Studies from several countries have uncovered different risky health behaviours among aged persons. An increase in alcohol consumption among the aged 65 years or over, was found in Sweden [2], the Netherlands and Germany [4]. Other studies clearly showed a significant association between alcohol consumption among the aged and some socio-demographic factors like sex, age, attainment of higher education, not living alone, not being depressed [4,5,6,7], social isolation [8, 9], and living arrangements [7, 10]. For instance, a study based on the Chinese Longitudinal Healthy Longevity Survey showed that the odds of alcohol consumption were significantly lower among both older men, and women living with both a spouse and children, compared with those living alone [7]. Relatedly, a study from Thailand showed that male Thai adults aged 50 years and older were more likely to consume alcohol compared to females [5]. Similarly, a study conducted among South African older adults revealed that being male was associated with high odds of risky drinking compared to female older adults [6].

On the other hand, tobacco usage is among the avoidable risky health behaviours, yet it is a leading cause of death among the aged [11, 12]. Studies on tobacco usage in several countries have shown a total 11.5–13% prevalence of tobacco use among the aged [13]. There was a prevalence of 15.3% and 8.6% among men and women, respectively. A higher risk of dementia and mortality rate among aged persons have also been found among the smoking-aged population as compared to non-smokers in this cohort [13, 14]. The same study also showed a positive association between smoking status and lower educational attainment [14]. A systematic review has also shown that the risk of stroke increased by 12% for each increment of 5 cigarettes per day [15]. Leone [16] has also reported that tobacco smoking exacerbates the risk of hypertension which can further increase the odds of developing cardiovascular conditions. An Iranian study conducted showed that smoking was significantly higher among men living alone and having heart disease [17].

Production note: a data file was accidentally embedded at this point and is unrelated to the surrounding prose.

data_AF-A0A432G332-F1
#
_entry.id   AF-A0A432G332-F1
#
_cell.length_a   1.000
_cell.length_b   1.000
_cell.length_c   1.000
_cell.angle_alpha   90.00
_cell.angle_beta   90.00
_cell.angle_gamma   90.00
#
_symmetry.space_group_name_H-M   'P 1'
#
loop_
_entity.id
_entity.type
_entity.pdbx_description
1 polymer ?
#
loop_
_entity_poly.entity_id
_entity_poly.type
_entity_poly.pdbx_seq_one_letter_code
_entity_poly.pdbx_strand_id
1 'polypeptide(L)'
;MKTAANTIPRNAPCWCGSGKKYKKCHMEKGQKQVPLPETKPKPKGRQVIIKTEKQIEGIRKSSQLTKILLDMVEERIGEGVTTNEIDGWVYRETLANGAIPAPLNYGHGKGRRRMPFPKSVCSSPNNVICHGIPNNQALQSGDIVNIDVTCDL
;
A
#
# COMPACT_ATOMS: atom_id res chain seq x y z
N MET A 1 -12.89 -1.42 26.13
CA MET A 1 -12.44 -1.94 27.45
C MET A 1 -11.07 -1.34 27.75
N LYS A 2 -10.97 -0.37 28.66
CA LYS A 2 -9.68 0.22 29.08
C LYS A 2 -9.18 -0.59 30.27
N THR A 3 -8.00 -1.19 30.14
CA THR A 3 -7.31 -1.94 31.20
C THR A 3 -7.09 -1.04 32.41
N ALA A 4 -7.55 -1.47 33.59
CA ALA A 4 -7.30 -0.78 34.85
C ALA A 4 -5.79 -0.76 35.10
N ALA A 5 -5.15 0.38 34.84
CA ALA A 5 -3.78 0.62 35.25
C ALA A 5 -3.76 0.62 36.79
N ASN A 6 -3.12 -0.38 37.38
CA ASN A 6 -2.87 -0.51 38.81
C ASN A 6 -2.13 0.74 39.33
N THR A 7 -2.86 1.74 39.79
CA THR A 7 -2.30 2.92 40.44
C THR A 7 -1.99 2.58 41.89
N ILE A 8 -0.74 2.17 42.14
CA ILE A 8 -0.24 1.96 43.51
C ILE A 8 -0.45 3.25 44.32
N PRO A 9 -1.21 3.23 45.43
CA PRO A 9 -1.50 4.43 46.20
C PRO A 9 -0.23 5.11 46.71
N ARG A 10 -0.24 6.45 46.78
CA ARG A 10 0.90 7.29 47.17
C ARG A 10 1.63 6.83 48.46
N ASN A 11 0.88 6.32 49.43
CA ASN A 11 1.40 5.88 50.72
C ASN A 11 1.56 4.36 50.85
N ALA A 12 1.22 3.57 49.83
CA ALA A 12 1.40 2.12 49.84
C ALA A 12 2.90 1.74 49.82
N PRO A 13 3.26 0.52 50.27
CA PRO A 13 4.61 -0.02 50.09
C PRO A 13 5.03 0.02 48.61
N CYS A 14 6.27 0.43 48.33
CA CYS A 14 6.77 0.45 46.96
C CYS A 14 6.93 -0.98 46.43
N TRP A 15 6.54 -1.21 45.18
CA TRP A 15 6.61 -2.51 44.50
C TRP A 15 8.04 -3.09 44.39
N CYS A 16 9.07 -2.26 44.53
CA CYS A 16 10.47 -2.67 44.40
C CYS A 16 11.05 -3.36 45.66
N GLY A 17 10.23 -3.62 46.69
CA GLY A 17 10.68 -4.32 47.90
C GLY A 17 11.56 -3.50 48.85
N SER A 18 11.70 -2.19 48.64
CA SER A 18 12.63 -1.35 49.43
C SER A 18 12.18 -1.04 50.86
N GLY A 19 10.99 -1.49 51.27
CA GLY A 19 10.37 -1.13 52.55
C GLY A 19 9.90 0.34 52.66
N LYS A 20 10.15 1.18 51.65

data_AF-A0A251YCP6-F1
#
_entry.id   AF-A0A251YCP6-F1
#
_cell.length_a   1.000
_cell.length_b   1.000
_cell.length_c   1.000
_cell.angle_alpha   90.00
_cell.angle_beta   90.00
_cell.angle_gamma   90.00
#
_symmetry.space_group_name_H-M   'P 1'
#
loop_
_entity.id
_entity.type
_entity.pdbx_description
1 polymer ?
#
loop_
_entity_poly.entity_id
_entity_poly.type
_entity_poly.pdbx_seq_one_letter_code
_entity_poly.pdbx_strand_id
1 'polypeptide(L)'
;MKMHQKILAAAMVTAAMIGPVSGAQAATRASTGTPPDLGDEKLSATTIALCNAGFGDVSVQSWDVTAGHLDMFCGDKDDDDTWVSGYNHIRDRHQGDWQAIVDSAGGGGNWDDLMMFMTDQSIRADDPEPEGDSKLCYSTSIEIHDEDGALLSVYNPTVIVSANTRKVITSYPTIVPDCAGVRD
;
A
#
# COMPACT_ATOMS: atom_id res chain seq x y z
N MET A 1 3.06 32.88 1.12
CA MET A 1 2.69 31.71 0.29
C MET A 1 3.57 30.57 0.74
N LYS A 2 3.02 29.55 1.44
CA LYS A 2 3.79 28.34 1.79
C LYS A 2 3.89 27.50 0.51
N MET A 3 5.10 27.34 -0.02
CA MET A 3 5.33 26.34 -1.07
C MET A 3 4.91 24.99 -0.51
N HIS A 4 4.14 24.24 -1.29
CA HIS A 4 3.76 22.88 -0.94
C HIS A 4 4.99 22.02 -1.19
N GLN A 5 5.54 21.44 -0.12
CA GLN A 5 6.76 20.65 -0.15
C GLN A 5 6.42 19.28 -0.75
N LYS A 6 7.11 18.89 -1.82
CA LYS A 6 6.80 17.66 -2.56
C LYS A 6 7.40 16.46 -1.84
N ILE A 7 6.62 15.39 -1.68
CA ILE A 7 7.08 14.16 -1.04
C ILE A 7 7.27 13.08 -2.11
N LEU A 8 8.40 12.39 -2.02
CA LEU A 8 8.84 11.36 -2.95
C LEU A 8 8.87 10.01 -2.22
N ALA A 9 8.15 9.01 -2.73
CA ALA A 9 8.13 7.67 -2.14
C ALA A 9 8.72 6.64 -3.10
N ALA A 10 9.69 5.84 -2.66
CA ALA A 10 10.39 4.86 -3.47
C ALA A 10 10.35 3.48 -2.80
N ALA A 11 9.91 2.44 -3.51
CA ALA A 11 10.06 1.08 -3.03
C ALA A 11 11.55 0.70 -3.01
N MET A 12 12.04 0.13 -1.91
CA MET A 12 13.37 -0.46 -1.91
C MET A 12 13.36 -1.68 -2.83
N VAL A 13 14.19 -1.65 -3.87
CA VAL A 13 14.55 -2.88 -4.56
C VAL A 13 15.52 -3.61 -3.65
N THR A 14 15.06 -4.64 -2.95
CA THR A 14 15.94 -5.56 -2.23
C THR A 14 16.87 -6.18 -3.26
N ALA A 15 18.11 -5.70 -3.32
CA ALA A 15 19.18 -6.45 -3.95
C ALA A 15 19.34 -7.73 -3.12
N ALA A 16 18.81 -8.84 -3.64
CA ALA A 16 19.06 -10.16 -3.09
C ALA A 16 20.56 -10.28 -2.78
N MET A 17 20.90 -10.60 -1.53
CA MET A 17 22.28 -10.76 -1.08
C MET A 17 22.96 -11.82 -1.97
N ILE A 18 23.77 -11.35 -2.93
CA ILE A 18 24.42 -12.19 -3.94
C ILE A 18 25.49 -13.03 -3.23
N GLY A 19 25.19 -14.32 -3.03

Physical inactivity (lack of physical activeness) is the fourth leading high-risk factor for global mortality [18, 19]. Approximately 21–25% of breast and colon cancers, 27% of diabetes and 30% of ischaemic heart disease were due to physical in-activeness [20], and consequently, a reduction in the quality of life of aged persons [21]. A study carried out in Shanghai, showed that 83.3% of the aged living alone did not perform any adequate physical activity per week [22]. According to a related study, chronic conditions (e.g., stroke, Parkinson’s disease, hip fracture) among the aged population increases the risk of disability which may lead to a large impact on the decline in function among the aged population [23].

Increasing trends in risky health behaviours are contributing factors to chronic health problems among the rapidly growing ageing population [24]. Health behaviour risks such as smoking, alcohol consumption, and physical inactivity can have long-lasting health implications, which turn to negatively influence health in older age [7]. Understanding the relationship between risky health behaviours and chronic health conditions among aged persons is essential to developing interventional programs to improve their health status. However, there is a dearth of evidence for multi-country analysis on the subject in question. To the best of our knowledge, no study has assessed how risky health behaviour is associated with the risk of developing chronic conditions across different countries and from different continents. We bridge this knowledge gap by including six countries from Asia, Africa and Eastern Europe. The study aimed to examine the association between risky health behaviours and chronic health conditions among aged persons.